By Consumers for Quality Care, on April 27, 2022
School-based health centers, which have existed in Michigan schools for decades, now have a renewed interest, particularly from policymakers, in the wake of COVID-19 and the ongoing student mental health crisis, according to Chalkbeat Detroit.
School-based health centers make it convenient for students to leave class and walk down the hall for therapy, a medical checkup, or a dental appointment. The centers are formed under an agreement between local health care providers, a school district, and the state. Unlike a typical school nurse’s office, the centers are recognized by the government as health care providers, which means they can more easily provide referrals for care, and they can bill for services if students have insurance.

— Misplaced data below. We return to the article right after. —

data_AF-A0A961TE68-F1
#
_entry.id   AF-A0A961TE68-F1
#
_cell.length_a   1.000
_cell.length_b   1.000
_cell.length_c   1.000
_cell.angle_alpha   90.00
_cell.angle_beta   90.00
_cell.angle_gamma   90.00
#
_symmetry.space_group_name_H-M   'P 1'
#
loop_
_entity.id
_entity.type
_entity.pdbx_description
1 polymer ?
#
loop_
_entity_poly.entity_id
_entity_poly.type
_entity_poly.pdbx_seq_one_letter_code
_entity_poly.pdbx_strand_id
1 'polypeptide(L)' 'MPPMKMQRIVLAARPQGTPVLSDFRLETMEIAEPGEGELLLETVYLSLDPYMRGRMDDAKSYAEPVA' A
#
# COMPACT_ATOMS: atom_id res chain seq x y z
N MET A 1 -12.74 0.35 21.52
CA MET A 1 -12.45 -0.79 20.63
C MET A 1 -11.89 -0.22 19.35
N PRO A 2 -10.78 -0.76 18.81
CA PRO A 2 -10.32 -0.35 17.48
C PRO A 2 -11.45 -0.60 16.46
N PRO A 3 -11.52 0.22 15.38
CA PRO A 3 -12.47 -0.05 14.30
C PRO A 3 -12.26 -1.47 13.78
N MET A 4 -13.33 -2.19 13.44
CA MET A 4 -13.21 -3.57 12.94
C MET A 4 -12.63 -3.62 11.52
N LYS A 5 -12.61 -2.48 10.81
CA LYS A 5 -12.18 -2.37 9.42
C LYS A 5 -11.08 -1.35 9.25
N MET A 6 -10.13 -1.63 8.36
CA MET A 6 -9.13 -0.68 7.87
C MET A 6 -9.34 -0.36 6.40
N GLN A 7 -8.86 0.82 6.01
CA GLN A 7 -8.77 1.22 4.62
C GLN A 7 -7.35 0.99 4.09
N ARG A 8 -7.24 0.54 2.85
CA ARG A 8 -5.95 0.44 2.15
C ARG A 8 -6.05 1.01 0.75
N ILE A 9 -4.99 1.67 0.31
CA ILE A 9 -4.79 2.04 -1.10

As advocates push for a major funding increase, the outcome of this year’s budget negotiations could shape Michigan’s system for supporting student mental health for years to come—even after federal COVID-19 funds run out.
Governor Gretchen Whitmer wants the state to invest an additional $11 million to open new health centers in schools this year. Advocates are pushing for even more: an additional $25 million this year, which would double the state’s current investment in the centers.
School administrators say the centers are effective. “There are hundreds of kids walking down the hall and getting the care that they need from a medical, dental, and behavioral health aspect,” said Tom Livezey, superintendent of Oak Ridge Public Schools near Muskegon. “I can’t imagine having to go through the pandemic without this service.”
CQC applauds initiatives like school-based health systems, which bring much needed health care, including mental health treatment, directly to students.